Add to the mix Hamrick, who seemed clearly to be edging TaylorWilson into literary waters uncharted by Wilson and Gulf.
"I think that may have been their problem, frankly," Calk says. "I think they lost touch with what made that line, and I think they tried to be a literary publisher, and that takes a whole different mind-set. That takes a whole different kind of thinking and marketing and connections. Dave Hamrick may be able to pull that off, I don't know. We know how many copies of Camper's Guide to Texasor Field Guide to Texas Snakesare going to sell. We have a good idea. But when you start trying to sell fiction and novels and that sort of stuff, things get a lot more dicey."
When John Wilson left the operation back in November, Larry Taylor was left holding the bag. "He wanted to be publisher," Calk says, "but he really wasn't equipped to run it himself. I don't think he was ever involved in publishing. He couldn't make a go of it, and things ground down and ground down, and finally he found a buyer."
That buyer was Maryland's Rowman & Littlefield Publishing Group, primarily a publisher of scholarly titles, and owner of National Book Network, the nation's second-largest distributor of independent trade presses.
"The sad thing about TaylorWilson," Calk thinks, "is this whole project was shooting fish in a barrel. It was a no-brainer. They should have made it go, but the personalities got in the way. And it's a sad, sad thing that it didn't fly. I'm just disappointed, and I'm sure a lot of folks who worked on those books were disappointed that it didn't work."
Steve Griffis is a sales rep for Texas A&M Press, a consortium of some dozen small and university presses around the state, and he's familiar with the Gulf line.
"It's a great line. I wish we had it. I wish Gulf Publishing was still around. Unfortunately a lot of people, a lot of good people in the industry, lost their jobs when they went under. That's the bad thing, because the expertise, the knowledge of their salespeople, of their editors and businesspeople, that's all lost, because those publishing jobs just don't exist out there."
As to why TaylorWilson lost its handle on the Gulf line, Griffis can only speculate, but generally speaking, he suspects the infant company just got swamped.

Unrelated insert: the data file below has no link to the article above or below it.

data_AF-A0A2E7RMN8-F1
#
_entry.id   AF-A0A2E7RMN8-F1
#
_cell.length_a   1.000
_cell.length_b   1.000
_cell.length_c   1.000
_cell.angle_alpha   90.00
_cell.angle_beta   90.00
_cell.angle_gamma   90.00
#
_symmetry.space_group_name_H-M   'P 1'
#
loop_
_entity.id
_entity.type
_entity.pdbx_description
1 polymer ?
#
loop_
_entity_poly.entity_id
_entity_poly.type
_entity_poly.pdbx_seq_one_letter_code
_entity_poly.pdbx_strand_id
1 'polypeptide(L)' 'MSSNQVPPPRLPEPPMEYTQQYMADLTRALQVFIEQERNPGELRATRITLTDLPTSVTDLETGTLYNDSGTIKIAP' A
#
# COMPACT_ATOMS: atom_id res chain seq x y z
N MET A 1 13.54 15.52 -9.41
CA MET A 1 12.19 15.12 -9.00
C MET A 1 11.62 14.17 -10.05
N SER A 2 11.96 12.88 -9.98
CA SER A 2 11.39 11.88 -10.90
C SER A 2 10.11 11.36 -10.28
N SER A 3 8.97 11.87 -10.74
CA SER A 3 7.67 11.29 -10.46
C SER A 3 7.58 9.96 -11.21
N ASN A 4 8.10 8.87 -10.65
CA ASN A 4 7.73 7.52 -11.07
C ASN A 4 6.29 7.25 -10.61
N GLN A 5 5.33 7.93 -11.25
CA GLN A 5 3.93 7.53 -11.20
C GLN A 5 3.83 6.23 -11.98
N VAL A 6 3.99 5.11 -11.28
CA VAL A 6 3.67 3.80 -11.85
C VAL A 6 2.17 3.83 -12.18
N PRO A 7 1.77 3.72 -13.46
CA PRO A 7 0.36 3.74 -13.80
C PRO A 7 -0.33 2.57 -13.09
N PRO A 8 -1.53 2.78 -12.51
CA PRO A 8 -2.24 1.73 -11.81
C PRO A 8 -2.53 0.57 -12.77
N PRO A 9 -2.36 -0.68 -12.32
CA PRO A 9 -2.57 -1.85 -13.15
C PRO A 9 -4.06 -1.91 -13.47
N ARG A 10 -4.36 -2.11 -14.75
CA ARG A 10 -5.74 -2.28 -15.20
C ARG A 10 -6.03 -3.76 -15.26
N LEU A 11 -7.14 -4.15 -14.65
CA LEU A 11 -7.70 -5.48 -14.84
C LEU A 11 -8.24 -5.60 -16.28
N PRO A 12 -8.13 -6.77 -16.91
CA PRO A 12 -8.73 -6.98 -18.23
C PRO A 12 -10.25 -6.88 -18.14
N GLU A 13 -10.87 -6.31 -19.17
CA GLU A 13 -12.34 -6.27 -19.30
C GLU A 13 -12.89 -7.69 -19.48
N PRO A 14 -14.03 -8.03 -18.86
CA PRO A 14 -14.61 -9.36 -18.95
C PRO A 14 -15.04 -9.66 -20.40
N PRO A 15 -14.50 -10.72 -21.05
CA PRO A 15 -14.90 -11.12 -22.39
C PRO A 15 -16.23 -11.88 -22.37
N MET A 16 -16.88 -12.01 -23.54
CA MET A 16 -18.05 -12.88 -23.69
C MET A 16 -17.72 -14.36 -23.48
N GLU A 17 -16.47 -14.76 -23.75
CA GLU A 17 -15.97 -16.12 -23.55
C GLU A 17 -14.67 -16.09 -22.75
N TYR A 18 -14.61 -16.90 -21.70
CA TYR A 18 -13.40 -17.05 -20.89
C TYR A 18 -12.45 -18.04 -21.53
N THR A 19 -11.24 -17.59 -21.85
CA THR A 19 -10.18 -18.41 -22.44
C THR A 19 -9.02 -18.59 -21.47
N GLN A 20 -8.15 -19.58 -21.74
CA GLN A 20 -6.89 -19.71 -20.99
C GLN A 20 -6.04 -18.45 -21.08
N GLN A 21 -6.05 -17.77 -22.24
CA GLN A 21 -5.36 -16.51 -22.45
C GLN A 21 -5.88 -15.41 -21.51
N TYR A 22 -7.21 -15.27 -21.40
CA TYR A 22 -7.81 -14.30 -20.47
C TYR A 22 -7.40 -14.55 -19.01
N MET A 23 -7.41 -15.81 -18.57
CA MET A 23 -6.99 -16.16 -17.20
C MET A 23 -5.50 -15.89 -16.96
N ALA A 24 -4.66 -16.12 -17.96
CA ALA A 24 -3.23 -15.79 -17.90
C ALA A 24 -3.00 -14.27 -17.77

"You're looking at royalties, every contract has a little bit different clause to it, especially in the age of electronic publishing now. It's a boondoggle, and if you buy that huge of a list, and having all this stuff come to your office at the same time I think they were on the right track. I just think that they were overwhelmed."
The seven months that TaylorWilson was a going concern was hardly enough time to set up office space and rush the Graves book into print. What suffered in the meantime are the details that make publishing far less glamorous than the cocktail-washed memoirs of prominent gentleman publishers often make it seem: reprinting perennial books, updating guides with fresh information, getting royalty checks in the outgoing mail.
While TaylorWilson was inventing Zen koans to describe an apparently nonexistent business model -- "We will create a value-added difference by avoiding the traps of conventional wisdom" -- its books were stuck in the warehouse.
"I call on various accounts throughout the state of Texas," Griffis says, "bookstores and museums and such, and of course they were all scrambling trying to find the books, and the books couldn't be had. Stuff was in limbo going from Gulf to TaylorWilson."
Authors also were in limbo.
"The writers are really hurting" is the judgment of Alan Tenant, Big Bend resident and author of the Field Guide to Texas Snakes, one of Gulf's perennial top sellers. Bookstores don't have the books to sell, potential buyers walk away unsatisfied, and both expectations and contracted book projects have been in flux ever since June 2000, and will remain so while Rowman & Littlefield figures out what to do with its purchase.